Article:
"This is the thinking of the gambling industry, and if you look at the people that have come into the show over the last few years, a lot of those people have backgrounds in the gambling industry. And yes, this is how we make our money these days."

In terms of the App Store - which was absolutely vital to the explosion in popularity of casual games - Rauser believes that the turning point arrived in 2012, when Apple acquired a search-engine startup called Chomp. By the end of the year, something fundamental in the App Store's search algorithm changed.

"If you looked for a Trivia game or a Sudoku game or a Solitaire game in May 2012 you would have Free results and Paid results," he said. "By the end of 2012, there were only Free results... The problem Apple gave us after that initial blasting is that good content became hard to find."

Of course, the obvious counter-argument is that, even if the algorithm didn't prioritise Free content over Paid content, the audience would still be likely to choose whatever costs the least money. For Rauser, though, that position obfuscates the real problem: the casual audience, and specifically the parents whose children play games that incentivise high-value in-app purchases, are steadily losing patience.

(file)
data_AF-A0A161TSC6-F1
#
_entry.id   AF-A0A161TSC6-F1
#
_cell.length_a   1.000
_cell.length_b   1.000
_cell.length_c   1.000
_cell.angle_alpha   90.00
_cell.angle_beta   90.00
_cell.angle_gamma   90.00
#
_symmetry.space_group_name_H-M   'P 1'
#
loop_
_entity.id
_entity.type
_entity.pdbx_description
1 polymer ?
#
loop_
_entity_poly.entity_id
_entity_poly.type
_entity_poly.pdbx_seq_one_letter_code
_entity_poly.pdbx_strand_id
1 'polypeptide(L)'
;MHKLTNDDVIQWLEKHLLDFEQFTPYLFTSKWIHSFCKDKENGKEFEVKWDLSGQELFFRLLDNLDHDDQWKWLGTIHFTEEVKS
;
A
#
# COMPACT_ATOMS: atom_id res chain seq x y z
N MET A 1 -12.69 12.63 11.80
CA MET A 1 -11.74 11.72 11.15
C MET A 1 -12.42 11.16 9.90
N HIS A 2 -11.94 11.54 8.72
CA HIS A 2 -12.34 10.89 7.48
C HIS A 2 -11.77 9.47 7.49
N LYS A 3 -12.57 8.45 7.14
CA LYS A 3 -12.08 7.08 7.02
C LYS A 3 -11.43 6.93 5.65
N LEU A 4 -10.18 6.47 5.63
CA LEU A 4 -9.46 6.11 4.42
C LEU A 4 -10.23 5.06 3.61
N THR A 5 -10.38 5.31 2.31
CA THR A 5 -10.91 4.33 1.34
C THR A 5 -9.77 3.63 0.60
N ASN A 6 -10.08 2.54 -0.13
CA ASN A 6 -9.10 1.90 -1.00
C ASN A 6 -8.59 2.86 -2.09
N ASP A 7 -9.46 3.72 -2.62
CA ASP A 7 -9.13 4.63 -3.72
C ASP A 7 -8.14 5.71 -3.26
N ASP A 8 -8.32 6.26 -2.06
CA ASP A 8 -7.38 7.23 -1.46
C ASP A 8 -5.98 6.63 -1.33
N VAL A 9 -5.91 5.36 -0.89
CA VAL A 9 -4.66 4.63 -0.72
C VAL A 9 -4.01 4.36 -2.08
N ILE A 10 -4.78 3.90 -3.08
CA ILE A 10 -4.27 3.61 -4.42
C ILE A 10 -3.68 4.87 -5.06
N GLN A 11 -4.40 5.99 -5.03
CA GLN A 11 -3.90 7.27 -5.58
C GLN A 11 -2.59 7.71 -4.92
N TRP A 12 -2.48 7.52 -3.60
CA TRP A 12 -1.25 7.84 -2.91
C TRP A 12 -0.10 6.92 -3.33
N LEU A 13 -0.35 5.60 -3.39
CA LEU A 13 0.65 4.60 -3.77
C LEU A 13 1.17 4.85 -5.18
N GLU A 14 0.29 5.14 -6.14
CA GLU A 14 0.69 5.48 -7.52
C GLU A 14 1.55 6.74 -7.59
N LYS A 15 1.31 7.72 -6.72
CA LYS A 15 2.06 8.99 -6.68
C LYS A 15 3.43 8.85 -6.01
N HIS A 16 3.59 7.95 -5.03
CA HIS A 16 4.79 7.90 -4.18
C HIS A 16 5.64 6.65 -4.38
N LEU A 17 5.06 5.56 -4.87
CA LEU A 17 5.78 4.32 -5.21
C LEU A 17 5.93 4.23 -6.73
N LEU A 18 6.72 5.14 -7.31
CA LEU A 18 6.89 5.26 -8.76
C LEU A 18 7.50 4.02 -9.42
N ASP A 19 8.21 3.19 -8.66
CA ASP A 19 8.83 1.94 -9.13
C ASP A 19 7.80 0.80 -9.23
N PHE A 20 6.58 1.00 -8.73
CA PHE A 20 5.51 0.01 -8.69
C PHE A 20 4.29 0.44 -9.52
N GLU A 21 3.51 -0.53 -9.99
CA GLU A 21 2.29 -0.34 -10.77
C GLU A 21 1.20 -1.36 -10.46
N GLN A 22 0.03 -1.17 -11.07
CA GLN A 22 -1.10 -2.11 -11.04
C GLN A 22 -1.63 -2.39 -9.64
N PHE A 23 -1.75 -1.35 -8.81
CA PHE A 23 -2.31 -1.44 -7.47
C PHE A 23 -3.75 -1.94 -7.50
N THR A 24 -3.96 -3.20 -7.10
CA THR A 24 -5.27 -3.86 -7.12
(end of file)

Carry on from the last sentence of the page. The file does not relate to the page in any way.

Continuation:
"We have to be really aware of that, because with all of the free-to-play crap that we're delivering to the audience at the moment... Yes, we make money, but we make money with a very, very small percentage, and at some point people will get sick of what we're delivering.

"We make money, but we make money with a very, very small percentage, and at some point people will get sick of what we're delivering

"We have lost a lot of them, and over the next few years we'll lose an even bigger part of them. People are not stupid."

This claim, in particular, is difficult to quantify or map onto a graph, but there is a clear indication of its validity in recent court cases, legal settlements, legislation changes and revisions of App Store policy - all around free-to-play games aimed at children.